These harsh policies, while necessary, had a tough impact on the population. Moreover, they caused a widespread anti-EU sentiment as well as violent protests and social turmoil. To add further problems, the immigration crisis started in the wake of the war in Syria put further pressure on Greece in both economic and social terms, due to a considerable flow of refugees from the conflict zones. Now the situation is slowly improving, but it remains troubling.
At the international level, Greece has problematic relations with most of its neighbors. Apart from the disagreements with the EU and some of its member states (notably Germany) over the debt crisis, Greece is involved in disputes with Albania and FYROM (Macedonia). The former involves the territory of Norther Epirus, located in Albania but inhabited by a significant Greek minority; still, bilateral relations have greatly improved in recent years. The latter is over the use of the name “Macedonia”, as Greece does not accept its use by FYROM and refuses Skopje’s claim of being the modern inheritor of the ancient Kingdom of Macedonia and its cultural legacy, that Greece considers part of its history.
But with no doubt the most troublesome situation is with Turkey. Even though they are both members of the NATO alliance, their bilateral relations remain tense due to a series of issues. Apart from a centuries-long historical rivalry between the two populations, the most important matters are maritime disputes, the frequent violations of Greece’s airspace and territorial waters by the Turkish military, Athens’ opposition to Ankara joining the EU, and the Cyprus question. The island, an independent state having close political and cultural ties with Greece but that also hosts an important Turkish minority, is de facto divided in two; as the northern part (under the name of Turkish Republic of Northern Cyprus, recognized only by Ankara) is under Turkey’s military occupation since 1974. Cyprus’ problem also has an economic dimension, since it affects the possibility of exploiting the hydrocarbon fields in the Eastern Mediterranean. The difficult relations with Turkey are largely the reason why Greece maintains a relatively high military budget, being among the few NATO countries spending the required 2% of GDP on defense. As such, the Greek Armed Forces remain a quite powerful military force; even though the recent economic crisis has hampered the modernization program.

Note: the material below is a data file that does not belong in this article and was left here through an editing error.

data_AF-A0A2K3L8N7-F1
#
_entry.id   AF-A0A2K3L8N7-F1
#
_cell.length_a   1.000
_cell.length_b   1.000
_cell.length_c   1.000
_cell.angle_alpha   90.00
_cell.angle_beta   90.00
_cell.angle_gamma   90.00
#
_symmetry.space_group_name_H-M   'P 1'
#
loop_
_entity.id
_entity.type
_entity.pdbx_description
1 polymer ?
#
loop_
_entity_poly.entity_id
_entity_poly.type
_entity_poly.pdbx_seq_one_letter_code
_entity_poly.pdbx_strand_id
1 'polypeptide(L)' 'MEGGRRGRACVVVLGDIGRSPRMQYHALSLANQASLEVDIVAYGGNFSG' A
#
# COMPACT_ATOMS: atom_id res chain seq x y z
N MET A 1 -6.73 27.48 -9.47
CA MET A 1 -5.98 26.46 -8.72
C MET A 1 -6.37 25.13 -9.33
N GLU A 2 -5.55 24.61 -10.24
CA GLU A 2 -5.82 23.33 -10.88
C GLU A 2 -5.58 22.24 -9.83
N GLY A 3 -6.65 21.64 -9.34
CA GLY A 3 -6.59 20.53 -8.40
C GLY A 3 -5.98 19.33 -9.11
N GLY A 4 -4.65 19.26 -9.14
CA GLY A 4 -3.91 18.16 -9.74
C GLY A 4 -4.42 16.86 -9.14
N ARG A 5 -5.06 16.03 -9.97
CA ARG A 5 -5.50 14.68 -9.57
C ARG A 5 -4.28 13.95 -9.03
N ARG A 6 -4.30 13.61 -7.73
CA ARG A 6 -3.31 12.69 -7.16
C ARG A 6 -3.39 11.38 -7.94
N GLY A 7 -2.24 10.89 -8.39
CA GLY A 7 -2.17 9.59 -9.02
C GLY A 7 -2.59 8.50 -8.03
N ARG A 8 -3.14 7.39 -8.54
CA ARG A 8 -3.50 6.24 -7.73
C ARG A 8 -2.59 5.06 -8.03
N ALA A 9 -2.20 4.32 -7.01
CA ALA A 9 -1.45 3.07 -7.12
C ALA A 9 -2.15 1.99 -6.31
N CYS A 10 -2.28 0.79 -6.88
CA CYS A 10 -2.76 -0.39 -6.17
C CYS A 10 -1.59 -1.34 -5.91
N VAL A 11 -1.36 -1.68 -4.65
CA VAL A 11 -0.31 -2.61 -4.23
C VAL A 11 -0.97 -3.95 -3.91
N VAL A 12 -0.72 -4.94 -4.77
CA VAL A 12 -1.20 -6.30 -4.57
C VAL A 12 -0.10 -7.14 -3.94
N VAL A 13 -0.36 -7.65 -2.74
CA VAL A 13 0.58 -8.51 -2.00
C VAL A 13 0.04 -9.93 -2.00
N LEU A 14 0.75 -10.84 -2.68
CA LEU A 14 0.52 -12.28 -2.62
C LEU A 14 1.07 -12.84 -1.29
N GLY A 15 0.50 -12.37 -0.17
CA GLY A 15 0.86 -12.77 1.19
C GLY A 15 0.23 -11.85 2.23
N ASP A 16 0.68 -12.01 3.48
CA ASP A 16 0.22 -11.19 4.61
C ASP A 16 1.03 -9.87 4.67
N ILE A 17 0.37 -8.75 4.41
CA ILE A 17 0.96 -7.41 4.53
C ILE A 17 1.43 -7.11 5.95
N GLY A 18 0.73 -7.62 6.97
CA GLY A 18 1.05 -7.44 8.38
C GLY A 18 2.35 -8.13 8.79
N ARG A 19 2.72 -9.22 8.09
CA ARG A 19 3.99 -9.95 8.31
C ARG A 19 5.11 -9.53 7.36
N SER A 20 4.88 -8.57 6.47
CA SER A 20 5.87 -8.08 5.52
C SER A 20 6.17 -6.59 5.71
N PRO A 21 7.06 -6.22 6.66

Being located at the southernmost tip of the Balkans and being close to the Black Sea and the Middle East, Greece attracts the attention of foreign powers as well. Through NATO, Greece maintains close relations with the US, who has a military base in Crete. Russia also has interests in the country: apart from long-standing historical ties based upon the common Orthodox faith and shared interests, Moscow plans to build a pipeline passing through Greece. Finally, the most recent presence is that of China, who considers Greece as the gate to the EU in the context of its ambitious “One Belt, One Road” initiative aimed at connecting Europe and the Far East. Because of this, Beijing is making significant investments in the country, especially in infrastructures such as ports or railways.
On its part, Greece has interests in the Eastern Mediterranean due to security and economic reasons (namely hydrocarbon exploitation, a relevant issue considering the country’s lack of energy resources) and in the Balkans, and in spite of the recent difficulties it remains an important investor in both areas. Greece also play a significant role in maritime trade, having one of the biggest merchant fleets in the world.
As such, after the severe economic recession and the social troubles it experienced, the situation is improving. Much remains to be done before the situation comes back to pre-crisis level; but a rebound is possible, and the international context offers opportunities in this sense. However, Greece needs to carefully manage the situation to ensure a firm recovery and avoid a new stagnation or excessive dependence from foreign countries in financial and political terms.
The reports focusing on Greece will be posted below.